Short-chain aliphatic alcohols, ‘alcohol-based hand rubs’ (AHRs) are now in general use by healthcare professionals for hand disinfection in order to prevent transmission of pathogens and have been shown to contribute significantly to decreased infection rates.
Occupational Contact Dermatitis: Health Personnel
This chapter reviews the causes of occupational contact dermatitis and urticaria in nurses, clinical assistants and cleaners, surgeons, laboratory personnel, other therapist, veterinarians and laboratory animal handlers.


Experimental irritant contact dermatitis due to cumulative epicutaneous exposure to sodium lauryl sulphate and toluene: single and concurrent application
The results demonstrate that a mixed application of an anionic detergent and an organic solvent has an additive effect on skin irritation, and it is suggested that pretreatment with SLS causes an increased susceptibility to TOL irritation and vice versa.
Skin tolerance and effectiveness of two hand decontamination procedures in everyday hospital use
In everyday hospital practice, alcohol‐based disinfectant is more effective and better tolerated than non‐antiseptic soap; soap is at risk of spreading contamination; and skin comfort strongly influences the number and the quality of hand hygiene procedures.
The irritation potential and reservoir effect of mild soaps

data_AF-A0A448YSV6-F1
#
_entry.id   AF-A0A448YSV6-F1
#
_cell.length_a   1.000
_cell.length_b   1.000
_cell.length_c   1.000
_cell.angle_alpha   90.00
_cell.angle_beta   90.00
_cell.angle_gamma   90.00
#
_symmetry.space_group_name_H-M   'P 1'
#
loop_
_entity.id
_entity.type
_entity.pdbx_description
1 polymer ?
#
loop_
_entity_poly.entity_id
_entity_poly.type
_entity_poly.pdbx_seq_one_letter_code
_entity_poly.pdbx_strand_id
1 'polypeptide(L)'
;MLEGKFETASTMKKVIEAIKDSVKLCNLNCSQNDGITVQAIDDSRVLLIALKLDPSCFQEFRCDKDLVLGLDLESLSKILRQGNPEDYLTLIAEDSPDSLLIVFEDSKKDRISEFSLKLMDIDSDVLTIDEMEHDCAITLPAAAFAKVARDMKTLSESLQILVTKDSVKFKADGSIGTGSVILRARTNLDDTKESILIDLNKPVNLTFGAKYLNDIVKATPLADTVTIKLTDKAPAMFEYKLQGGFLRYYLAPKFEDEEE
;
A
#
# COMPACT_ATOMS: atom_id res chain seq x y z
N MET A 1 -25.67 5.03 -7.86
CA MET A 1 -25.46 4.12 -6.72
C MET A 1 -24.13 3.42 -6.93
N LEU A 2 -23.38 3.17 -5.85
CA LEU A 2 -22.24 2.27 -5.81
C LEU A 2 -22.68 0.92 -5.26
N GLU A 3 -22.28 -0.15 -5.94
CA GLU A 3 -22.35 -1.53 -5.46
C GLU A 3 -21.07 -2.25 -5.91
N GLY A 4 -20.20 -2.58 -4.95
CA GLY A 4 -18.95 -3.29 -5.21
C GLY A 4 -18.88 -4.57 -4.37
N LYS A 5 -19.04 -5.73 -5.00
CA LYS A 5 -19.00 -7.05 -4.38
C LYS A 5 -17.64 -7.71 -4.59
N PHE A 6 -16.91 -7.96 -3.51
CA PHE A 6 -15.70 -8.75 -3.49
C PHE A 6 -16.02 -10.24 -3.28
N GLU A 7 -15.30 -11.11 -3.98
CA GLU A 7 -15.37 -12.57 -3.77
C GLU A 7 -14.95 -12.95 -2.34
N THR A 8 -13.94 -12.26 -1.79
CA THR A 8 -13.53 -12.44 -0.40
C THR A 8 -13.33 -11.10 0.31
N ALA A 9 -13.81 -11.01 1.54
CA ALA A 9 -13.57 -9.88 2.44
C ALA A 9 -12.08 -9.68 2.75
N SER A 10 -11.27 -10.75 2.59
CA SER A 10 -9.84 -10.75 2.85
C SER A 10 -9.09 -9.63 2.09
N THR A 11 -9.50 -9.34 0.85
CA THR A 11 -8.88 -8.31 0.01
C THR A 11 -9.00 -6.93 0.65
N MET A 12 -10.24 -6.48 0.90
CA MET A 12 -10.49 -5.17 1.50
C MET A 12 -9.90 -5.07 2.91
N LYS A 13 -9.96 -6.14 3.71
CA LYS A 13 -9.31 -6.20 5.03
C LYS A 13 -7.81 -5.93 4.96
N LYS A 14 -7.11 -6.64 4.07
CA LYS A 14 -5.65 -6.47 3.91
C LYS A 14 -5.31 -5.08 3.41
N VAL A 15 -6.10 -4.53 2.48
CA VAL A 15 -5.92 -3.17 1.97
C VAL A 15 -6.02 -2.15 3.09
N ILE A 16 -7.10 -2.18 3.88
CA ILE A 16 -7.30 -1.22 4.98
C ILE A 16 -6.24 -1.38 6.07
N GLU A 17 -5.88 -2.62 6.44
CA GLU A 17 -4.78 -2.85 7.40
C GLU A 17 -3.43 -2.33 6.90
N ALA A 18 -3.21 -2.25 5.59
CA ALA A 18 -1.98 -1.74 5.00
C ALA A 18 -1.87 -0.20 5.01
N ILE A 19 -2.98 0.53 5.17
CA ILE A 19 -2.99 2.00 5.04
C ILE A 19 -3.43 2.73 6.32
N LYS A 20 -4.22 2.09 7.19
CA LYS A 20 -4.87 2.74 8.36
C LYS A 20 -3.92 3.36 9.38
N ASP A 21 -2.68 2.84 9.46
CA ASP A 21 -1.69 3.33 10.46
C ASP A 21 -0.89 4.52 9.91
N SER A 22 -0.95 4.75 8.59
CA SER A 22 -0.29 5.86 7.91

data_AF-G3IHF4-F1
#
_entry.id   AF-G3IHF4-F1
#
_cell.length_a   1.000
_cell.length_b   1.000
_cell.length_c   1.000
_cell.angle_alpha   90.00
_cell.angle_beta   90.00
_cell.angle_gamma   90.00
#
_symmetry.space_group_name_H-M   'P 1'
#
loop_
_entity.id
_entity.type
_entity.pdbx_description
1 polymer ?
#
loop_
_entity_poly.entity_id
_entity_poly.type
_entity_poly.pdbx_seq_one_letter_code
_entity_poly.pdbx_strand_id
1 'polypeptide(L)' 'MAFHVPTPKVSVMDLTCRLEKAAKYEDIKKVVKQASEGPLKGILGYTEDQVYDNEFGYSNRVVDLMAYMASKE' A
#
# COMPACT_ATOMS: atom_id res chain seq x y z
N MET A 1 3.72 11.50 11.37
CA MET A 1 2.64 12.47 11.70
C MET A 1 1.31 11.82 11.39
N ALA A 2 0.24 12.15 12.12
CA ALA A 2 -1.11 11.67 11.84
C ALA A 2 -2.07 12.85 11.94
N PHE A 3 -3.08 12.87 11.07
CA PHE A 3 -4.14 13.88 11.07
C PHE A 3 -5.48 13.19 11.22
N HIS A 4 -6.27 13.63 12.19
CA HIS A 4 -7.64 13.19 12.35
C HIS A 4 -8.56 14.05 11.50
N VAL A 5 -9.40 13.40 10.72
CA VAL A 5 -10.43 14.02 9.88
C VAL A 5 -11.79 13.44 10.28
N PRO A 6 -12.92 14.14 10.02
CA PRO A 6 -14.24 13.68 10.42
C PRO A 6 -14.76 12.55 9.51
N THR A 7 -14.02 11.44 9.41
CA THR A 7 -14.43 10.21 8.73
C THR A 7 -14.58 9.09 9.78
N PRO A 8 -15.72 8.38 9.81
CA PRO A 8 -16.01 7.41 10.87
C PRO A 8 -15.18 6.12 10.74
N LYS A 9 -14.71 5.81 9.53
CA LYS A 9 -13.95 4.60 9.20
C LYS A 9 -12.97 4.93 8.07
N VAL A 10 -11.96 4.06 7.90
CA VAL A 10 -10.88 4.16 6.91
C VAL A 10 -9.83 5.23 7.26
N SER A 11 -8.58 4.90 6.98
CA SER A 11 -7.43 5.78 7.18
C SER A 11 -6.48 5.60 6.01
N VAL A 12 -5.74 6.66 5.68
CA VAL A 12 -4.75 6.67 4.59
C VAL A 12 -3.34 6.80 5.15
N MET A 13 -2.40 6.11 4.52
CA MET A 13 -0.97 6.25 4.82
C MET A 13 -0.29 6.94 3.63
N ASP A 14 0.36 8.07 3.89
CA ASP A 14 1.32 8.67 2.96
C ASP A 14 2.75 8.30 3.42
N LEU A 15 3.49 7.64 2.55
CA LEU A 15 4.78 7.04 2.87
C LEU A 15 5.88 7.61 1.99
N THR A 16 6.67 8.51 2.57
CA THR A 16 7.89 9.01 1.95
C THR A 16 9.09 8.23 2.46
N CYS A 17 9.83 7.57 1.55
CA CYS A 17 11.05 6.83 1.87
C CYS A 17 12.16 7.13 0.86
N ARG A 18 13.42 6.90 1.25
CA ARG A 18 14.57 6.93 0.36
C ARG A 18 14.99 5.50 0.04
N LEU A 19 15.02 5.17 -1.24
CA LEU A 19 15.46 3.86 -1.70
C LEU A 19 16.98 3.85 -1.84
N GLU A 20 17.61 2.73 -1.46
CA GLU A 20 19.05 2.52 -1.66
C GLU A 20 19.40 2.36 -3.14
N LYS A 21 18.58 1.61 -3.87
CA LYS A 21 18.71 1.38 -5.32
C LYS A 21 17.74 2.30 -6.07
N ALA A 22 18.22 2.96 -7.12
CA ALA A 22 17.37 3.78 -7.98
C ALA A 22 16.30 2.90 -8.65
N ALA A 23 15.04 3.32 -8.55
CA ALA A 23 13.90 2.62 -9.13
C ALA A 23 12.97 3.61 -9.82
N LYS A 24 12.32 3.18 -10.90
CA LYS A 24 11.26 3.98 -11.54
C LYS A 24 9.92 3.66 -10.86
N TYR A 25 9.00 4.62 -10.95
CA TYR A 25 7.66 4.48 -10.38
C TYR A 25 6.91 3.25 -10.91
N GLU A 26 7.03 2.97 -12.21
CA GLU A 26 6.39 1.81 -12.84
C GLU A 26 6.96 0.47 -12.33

Large differences in irritation potential are illustrated between 8 products and some of them demonstrated considerable damaging effect, and the study proved the presence of barrier‐impairing residues on the skin after rinsing with water.
Skin irritant reactivity following experimental cumulative irritant contact dermatitis
It is indicated that epidermal barrier function remains altered even 9 weeks after cumulative irritant contact dermatitis, and post‐irritation hyporeactivity might be a cause of false‐negative tests on previously irritated sites.
Occupational hand dermatitis in hospital environments
Assessment of the prevalence and clinical relevance of contact dermatitis in employees of the Perugia Monteluce Hospital found atopy seemed to favour the onset of hand dermatitis, and the importance of these results for preventive measures of contact Dermatitis in hospital employees is discussed.
The Role of Skin Moisturizers in the Prevention of Irritant Contact Dermatitis – A Review
  • C. Goh
  • Medicine
    Exogenous Dermatology
  • 2002
There has been sufficient evidence to suggest that moisturizers can prevent irritant contact dermatitis and should be recommended to workers who are constantly exposed to contact irritants.
Tandem application of sodium lauryl sulfate and n-propanol does not lead to enhancement of cumulative skin irritation.
N-propanol did not enhance cumulative skin irritation when used with sodium lauryl sulfate, as has been reported for toluene, and this is of particular interest regarding occupational skin irritation in health care workers.
Skin Irritation and Dryness Associated With Two Hand-Hygiene Regimens: Soap-and-Water Hand Washing Versus Hand Antisepsis With an Alcoholic Hand Gel
Hand antisepsis with an alcoholic–hand-gel regimen was well tolerated and did not result in skin irritation and dryness of nurses' hands, and newer alcoholic hand gels that are tolerated better than soap may be more acceptable to staff and may lead to improved hand-hygiene practices.
Does hand care ruin hand disinfection?
  • P. Heeg
  • Medicine
    The Journal of hospital infection
  • 2001